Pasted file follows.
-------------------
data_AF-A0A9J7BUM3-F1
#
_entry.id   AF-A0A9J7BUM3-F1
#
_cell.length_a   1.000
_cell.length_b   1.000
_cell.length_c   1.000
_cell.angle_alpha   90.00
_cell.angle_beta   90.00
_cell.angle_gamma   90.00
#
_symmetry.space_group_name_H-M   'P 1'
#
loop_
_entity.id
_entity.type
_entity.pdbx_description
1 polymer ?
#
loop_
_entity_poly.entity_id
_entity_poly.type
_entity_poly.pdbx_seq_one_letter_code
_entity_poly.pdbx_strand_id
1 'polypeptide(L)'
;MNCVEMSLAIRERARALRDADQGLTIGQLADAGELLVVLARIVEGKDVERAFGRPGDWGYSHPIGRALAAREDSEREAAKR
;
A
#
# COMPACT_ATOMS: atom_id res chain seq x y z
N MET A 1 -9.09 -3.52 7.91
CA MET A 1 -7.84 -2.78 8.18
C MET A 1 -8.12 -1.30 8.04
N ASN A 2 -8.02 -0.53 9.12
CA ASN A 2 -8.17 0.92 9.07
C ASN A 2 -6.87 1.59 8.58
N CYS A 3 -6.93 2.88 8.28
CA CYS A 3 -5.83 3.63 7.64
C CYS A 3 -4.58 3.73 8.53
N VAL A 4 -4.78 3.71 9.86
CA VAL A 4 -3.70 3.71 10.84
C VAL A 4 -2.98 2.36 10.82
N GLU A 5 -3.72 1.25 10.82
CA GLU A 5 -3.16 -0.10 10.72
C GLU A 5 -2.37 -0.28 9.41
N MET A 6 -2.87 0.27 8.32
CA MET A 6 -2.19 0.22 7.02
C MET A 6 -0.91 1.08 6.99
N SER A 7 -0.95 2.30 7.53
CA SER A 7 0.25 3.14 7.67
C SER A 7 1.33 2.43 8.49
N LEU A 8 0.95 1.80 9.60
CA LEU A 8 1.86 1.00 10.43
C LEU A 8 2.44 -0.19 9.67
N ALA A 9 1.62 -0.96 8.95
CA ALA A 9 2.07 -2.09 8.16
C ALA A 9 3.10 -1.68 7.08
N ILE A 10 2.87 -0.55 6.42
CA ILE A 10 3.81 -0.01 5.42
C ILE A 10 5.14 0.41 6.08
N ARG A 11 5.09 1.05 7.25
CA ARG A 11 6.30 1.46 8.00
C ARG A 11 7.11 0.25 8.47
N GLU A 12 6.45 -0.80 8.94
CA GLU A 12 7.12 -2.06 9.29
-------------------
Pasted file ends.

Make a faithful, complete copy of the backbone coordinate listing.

data_AF-A0A9J7BUM3-F1
#
_entry.id   AF-A0A9J7BUM3-F1
#
_cell.length_a   1.000
_cell.length_b   1.000
_cell.length_c   1.000
_cell.angle_alpha   90.00
_cell.angle_beta   90.00
_cell.angle_gamma   90.00
#
_symmetry.space_group_name_H-M   'P 1'
#
loop_
_entity.id
_entity.type
_entity.pdbx_description
1 polymer ?
#
loop_
_entity_poly.entity_id
_entity_poly.type
_entity_poly.pdbx_seq_one_letter_code
_entity_poly.pdbx_strand_id
1 'polypeptide(L)'
;MNCVEMSLAIRERARALRDADQGLTIGQLADAGELLVVLARIVEGKDVERAFGRPGDWGYSHPIGRALAAREDSEREAAKR
;
A
#
# COMPACT_ATOMS: atom_id res chain seq x y z
N MET A 1 -9.09 -3.52 7.91
CA MET A 1 -7.84 -2.78 8.18
C MET A 1 -8.12 -1.30 8.04
N ASN A 2 -8.02 -0.53 9.12
CA ASN A 2 -8.17 0.92 9.07
C ASN A 2 -6.87 1.59 8.58
N CYS A 3 -6.93 2.88 8.28
CA CYS A 3 -5.83 3.63 7.64
C CYS A 3 -4.58 3.73 8.53
N VAL A 4 -4.78 3.71 9.86
CA VAL A 4 -3.70 3.71 10.84
C VAL A 4 -2.98 2.36 10.82
N GLU A 5 -3.72 1.25 10.82
CA GLU A 5 -3.16 -0.10 10.72
C GLU A 5 -2.37 -0.28 9.41
N MET A 6 -2.87 0.27 8.32
CA MET A 6 -2.19 0.22 7.02
C MET A 6 -0.91 1.08 6.99
N SER A 7 -0.95 2.30 7.53
CA SER A 7 0.25 3.14 7.67
C SER A 7 1.33 2.43 8.49
N LEU A 8 0.95 1.80 9.60
CA LEU A 8 1.86 1.00 10.43
C LEU A 8 2.44 -0.19 9.67
N ALA A 9 1.62 -0.96 8.95
CA ALA A 9 2.07 -2.09 8.16
C ALA A 9 3.10 -1.68 7.08
N ILE A 10 2.87 -0.55 6.42
CA ILE A 10 3.81 -0.01 5.42
C ILE A 10 5.14 0.41 6.08
N ARG A 11 5.09 1.05 7.25
CA ARG A 11 6.30 1.46 8.00
C ARG A 11 7.11 0.25 8.47
N GLU A 12 6.45 -0.80 8.94
CA GLU A 12 7.12 -2.06 9.29